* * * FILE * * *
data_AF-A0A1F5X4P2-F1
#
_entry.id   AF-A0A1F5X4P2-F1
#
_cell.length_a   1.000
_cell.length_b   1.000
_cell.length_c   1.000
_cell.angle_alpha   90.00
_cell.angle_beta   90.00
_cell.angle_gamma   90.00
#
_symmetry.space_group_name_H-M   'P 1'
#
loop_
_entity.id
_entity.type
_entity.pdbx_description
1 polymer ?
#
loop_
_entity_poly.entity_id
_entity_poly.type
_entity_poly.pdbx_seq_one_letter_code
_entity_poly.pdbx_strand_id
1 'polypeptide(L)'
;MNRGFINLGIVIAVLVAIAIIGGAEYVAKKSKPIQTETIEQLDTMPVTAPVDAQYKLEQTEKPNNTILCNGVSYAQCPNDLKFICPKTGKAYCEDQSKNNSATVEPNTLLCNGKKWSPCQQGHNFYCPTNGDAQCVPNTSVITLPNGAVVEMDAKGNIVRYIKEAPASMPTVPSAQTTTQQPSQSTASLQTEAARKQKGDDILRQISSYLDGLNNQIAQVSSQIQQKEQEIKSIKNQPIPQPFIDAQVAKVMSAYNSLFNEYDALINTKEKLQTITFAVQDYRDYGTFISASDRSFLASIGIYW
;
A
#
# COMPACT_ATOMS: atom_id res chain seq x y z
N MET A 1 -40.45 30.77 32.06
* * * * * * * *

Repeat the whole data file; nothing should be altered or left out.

data_AF-A0A1F5X4P2-F1
#
_entry.id   AF-A0A1F5X4P2-F1
#
_cell.length_a   1.000
_cell.length_b   1.000
_cell.length_c   1.000
_cell.angle_alpha   90.00
_cell.angle_beta   90.00
_cell.angle_gamma   90.00
#
_symmetry.space_group_name_H-M   'P 1'
#
loop_
_entity.id
_entity.type
_entity.pdbx_description
1 polymer ?
#
loop_
_entity_poly.entity_id
_entity_poly.type
_entity_poly.pdbx_seq_one_letter_code
_entity_poly.pdbx_strand_id
1 'polypeptide(L)'
;MNRGFINLGIVIAVLVAIAIIGGAEYVAKKSKPIQTETIEQLDTMPVTAPVDAQYKLEQTEKPNNTILCNGVSYAQCPNDLKFICPKTGKAYCEDQSKNNSATVEPNTLLCNGKKWSPCQQGHNFYCPTNGDAQCVPNTSVITLPNGAVVEMDAKGNIVRYIKEAPASMPTVPSAQTTTQQPSQSTASLQTEAARKQKGDDILRQISSYLDGLNNQIAQVSSQIQQKEQEIKSIKNQPIPQPFIDAQVAKVMSAYNSLFNEYDALINTKEKLQTITFAVQDYRDYGTFISASDRSFLASIGIYW
;
A
#
# COMPACT_ATOMS: atom_id res chain seq x y z
N MET A 1 -40.45 30.77 32.06